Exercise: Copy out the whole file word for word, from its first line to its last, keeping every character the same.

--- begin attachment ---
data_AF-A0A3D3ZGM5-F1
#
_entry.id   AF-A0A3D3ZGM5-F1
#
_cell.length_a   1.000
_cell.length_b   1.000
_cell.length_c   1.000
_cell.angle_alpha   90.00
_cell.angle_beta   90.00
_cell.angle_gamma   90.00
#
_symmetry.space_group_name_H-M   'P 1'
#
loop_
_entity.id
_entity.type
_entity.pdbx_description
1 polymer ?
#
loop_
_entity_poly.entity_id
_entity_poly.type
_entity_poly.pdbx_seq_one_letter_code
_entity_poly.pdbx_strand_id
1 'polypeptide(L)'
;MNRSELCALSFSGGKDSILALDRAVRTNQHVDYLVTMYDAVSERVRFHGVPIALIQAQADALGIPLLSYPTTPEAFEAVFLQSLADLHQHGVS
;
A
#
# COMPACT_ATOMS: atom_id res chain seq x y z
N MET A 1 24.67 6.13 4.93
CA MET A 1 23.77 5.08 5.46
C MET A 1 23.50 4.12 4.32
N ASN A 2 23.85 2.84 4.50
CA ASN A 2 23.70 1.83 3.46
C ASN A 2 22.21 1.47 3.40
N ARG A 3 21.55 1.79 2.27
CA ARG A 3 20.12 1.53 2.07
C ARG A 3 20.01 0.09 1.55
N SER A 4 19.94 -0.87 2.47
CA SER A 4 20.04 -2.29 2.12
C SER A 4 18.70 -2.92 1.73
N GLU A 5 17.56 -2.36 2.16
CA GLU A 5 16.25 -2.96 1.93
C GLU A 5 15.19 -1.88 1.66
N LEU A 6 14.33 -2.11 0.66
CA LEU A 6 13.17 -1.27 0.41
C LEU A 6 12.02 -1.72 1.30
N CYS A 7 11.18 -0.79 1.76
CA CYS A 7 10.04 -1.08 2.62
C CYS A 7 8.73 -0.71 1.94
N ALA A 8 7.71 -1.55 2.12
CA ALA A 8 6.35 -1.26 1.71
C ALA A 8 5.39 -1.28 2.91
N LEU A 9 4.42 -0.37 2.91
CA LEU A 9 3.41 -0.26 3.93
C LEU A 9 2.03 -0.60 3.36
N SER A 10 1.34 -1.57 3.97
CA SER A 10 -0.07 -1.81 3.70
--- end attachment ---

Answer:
data_AF-A0A3D3ZGM5-F1
#
_entry.id   AF-A0A3D3ZGM5-F1
#
_cell.length_a   1.000
_cell.length_b   1.000
_cell.length_c   1.000
_cell.angle_alpha   90.00
_cell.angle_beta   90.00
_cell.angle_gamma   90.00
#
_symmetry.space_group_name_H-M   'P 1'
#
loop_
_entity.id
_entity.type
_entity.pdbx_description
1 polymer ?
#
loop_
_entity_poly.entity_id
_entity_poly.type
_entity_poly.pdbx_seq_one_letter_code
_entity_poly.pdbx_strand_id
1 'polypeptide(L)'
;MNRSELCALSFSGGKDSILALDRAVRTNQHVDYLVTMYDAVSERVRFHGVPIALIQAQADALGIPLLSYPTTPEAFEAVFLQSLADLHQHGVS
;
A
#
# COMPACT_ATOMS: atom_id res chain seq x y z
N MET A 1 24.67 6.13 4.93
CA MET A 1 23.77 5.08 5.46
C MET A 1 23.50 4.12 4.32
N ASN A 2 23.85 2.84 4.50
CA ASN A 2 23.70 1.83 3.46
C ASN A 2 22.21 1.47 3.40
N ARG A 3 21.55 1.79 2.27
CA ARG A 3 20.12 1.53 2.07
C ARG A 3 20.01 0.09 1.55
N SER A 4 19.94 -0.87 2.47
CA SER A 4 20.04 -2.29 2.12
C SER A 4 18.70 -2.92 1.73
N GLU A 5 17.56 -2.36 2.16
CA GLU A 5 16.25 -2.96 1.93
C GLU A 5 15.19 -1.88 1.66
N LEU A 6 14.33 -2.11 0.66
CA LEU A 6 13.17 -1.27 0.41
C LEU A 6 12.02 -1.72 1.30
N CYS A 7 11.18 -0.79 1.76
CA CYS A 7 10.04 -1.08 2.62
C CYS A 7 8.73 -0.71 1.94
N ALA A 8 7.71 -1.55 2.12
CA ALA A 8 6.35 -1.26 1.71
C ALA A 8 5.39 -1.28 2.91
N LEU A 9 4.42 -0.37 2.91
CA LEU A 9 3.41 -0.26 3.93
C LEU A 9 2.03 -0.60 3.36
N SER A 10 1.34 -1.57 3.97
CA SER A 10 -0.07 -1.81 3.70